Misclassified Independent Contractors

A growing issue in employment law is whether a worker is properly classified as an employee or an independent contractor. Both federal and state laws strive to explicitly distinguish employees from independent contractors by establishing tests that seek to determine the proper status of the worker. The law recognizes three broad categories of workers: (1) hourly employee, (2) salaried employee, and (3) independent contractor. An employer’s obligations change depending on the classification, and many employers may misclassify workers to avoid their legal obligations. Misclassification may deprive individuals of the many benefits, both public and private, that employees enjoy. Misclassified employees are often denied access to employment benefits; such as family and medical leave, overtime, minimum wage and unemployment insurance; to which they are entitled. Similarly, misclassified employees are denied certain protections provided by employment laws prohibiting discrimination, retaliation, and wrongful termination. 

The biggest difference between an independent contractor and an employee is that, as an independent contractor, an individual is equipped with the skills and resources that allow him or her to be their own bosses. They are considered to be independent from the employer that hired them or self-employed. Independent contractors have the right to control the type of work that will be done and how it will be done. In contrast, a person is considered an employee if he or she is subject to another’s right to control the manner and means of performing the work.

While many independent contractors are classified properly, some workers may, either mistakenly or purposefully, be classified as “independent contractors” when they are, in fact, employees.  Although the number of employees currently misclassified is unknown, the data available suggests it is a widespread problem.  For example, a Department of Labor study found that up tp 30 percent of the firms audited in 9 states misclassified at least some employees.

Misclassification can have serious consequences for employees, and can result in violations of federal and state laws.  Employers that have misclassified their employees as independent contractors may violate the Fair Labor Standards Act (“FLSA”) for violations relating to recordkeeping (not keeping records for these employees), nonpayment of the federal minimum wage, and nonpayment of overtime.  Misclassification of employees as independent contractors may also affect the application of a host of other laws and regulations, including, but not necessarily limited to:

  • The application of the laws prohibiting discrimination and retaliation in the workplace (i.e. Title VII of the Civil Rights Act of 1964, as amended);
  • The employee’s rights regarding state benefit regimes, such as unemployment insurance benefits and workers’ compensation benefits;
  • The employee’s rights to pension, health, and other employee benefit plans;
  • The employee’s rights to job-protection and unpaid leave; and
  • The employee’s right to organize and bargain collective under the National Labor Relation Act.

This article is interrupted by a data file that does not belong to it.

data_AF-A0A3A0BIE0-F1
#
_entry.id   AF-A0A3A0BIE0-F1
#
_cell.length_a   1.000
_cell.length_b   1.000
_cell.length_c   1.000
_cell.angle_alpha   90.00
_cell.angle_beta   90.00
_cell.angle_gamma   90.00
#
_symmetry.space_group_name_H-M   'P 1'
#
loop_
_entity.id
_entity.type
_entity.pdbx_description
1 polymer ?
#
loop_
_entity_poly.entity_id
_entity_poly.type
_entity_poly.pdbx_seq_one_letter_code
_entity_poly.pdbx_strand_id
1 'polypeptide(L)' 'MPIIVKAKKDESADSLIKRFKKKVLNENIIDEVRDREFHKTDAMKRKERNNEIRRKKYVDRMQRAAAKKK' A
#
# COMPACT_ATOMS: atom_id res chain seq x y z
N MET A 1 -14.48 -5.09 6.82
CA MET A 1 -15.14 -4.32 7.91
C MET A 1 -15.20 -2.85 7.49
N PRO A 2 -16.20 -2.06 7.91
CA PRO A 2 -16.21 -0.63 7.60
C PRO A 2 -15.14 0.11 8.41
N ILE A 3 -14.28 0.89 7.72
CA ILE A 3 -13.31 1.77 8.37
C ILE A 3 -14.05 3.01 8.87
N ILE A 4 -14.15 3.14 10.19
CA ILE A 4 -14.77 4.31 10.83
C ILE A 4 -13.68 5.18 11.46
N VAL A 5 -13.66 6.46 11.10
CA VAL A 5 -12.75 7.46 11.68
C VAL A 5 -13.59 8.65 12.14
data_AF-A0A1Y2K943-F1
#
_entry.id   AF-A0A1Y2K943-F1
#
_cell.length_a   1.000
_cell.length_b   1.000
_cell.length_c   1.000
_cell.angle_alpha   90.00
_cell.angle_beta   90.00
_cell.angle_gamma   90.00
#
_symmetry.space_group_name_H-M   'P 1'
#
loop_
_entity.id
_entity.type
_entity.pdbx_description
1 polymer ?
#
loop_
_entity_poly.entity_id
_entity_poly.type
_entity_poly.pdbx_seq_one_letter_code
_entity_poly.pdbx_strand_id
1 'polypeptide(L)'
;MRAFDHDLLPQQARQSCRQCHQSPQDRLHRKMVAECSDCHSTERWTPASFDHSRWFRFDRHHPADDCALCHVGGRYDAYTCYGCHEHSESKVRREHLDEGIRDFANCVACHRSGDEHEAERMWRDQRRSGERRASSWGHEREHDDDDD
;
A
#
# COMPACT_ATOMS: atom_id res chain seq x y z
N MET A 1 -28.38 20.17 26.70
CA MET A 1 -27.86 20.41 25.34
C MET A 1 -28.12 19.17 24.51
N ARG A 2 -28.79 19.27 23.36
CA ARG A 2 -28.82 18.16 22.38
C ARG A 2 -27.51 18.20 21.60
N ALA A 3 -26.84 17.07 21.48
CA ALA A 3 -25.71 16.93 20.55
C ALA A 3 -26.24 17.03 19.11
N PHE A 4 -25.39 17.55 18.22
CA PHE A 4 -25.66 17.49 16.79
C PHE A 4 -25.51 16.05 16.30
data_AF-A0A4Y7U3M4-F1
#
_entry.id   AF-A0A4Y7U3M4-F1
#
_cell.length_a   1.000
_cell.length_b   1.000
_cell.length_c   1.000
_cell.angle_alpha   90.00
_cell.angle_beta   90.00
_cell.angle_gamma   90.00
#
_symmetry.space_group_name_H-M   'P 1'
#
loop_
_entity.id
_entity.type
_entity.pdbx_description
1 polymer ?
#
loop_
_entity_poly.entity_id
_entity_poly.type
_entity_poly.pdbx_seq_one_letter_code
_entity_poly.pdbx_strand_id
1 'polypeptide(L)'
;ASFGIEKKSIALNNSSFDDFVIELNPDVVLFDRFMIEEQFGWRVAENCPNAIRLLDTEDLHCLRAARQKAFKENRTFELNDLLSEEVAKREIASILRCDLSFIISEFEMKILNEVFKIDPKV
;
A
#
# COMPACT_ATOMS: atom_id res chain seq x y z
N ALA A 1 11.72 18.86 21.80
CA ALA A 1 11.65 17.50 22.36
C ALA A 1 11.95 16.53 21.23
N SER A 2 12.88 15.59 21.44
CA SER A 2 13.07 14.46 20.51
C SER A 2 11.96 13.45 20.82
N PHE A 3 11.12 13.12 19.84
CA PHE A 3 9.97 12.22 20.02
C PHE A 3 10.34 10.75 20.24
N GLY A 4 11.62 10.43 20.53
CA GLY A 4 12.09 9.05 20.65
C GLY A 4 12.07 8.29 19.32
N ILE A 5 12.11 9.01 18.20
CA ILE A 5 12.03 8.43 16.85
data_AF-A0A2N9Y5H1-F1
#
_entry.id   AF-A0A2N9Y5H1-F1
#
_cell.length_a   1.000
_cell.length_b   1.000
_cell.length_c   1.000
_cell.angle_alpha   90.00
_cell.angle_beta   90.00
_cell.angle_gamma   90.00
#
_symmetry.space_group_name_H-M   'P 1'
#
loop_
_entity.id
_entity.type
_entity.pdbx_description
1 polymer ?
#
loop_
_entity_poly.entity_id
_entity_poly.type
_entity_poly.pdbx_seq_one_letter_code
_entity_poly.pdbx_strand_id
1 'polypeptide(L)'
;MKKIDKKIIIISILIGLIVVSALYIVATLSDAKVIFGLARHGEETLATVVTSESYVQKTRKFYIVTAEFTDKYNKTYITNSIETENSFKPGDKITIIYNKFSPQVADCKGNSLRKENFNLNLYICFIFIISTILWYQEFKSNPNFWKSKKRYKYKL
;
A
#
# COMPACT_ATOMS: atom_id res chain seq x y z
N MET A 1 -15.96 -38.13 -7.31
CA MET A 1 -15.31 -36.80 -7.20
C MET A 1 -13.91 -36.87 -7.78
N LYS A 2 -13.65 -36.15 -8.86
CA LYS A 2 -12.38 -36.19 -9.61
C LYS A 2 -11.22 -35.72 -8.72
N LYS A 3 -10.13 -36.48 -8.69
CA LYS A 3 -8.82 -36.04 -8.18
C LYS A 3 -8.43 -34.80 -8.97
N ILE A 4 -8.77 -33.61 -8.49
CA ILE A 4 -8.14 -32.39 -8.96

There are many methods to determine how to classify a worker, and it is possible for a workers to be classified differently under different tests. Courts typically apply an “economic realities” test when a worker raises a claim under the Fair Labor Standards Act, the Family Medical Leave Act, or Title VII of the Civil Rights Act. The economic realities test looks at how economically dependent a worker is on the business and classifies workers who derive a large majority of their income from one business as employees. Factors a court considers include:

  1. The extent to which the services rendered are an integral part of the principal’s business.
  2. The permanency of the relationship.
  3. The amount of the alleged contractor's investment in facilities and equipment.
  4. The nature and degree of control by the principal.
  5. The alleged contractor's opportunities for profit and loss.
  6. The amount of initiative, judgment, or foresight in open market competition with others required for the success of the claimed independent contractor.
  7. The degree of independent business organization and operation.

In contrast, the IRS uses a twenty point test to determine how a worker is treated for class purposes. Additionally, states have their own tests to classify workers. Some states have adopted the economic realities test but most states use a “right to control” analysis. The right to control analysis varies from state-to-state and typically evaluates how much control the business exercises over the worker.

Many lawsuits involving employment classification are class actions or collective actions that seek to recover unpaid overtime wages or compensation for working through mandated rest periods. The employment misclassification attorneys at Baillon Thome Jozwiak & Wanta LLP have represented workers and recovered millions of dollars in class action lawsuits alleging that workers were misclassified as independent contractors instead of employees. The laws regarding employment classification are complex and require detailed factual analysis. Contact our office to speak to a seasoned attorney if you believe that your company may have misclassified your position.

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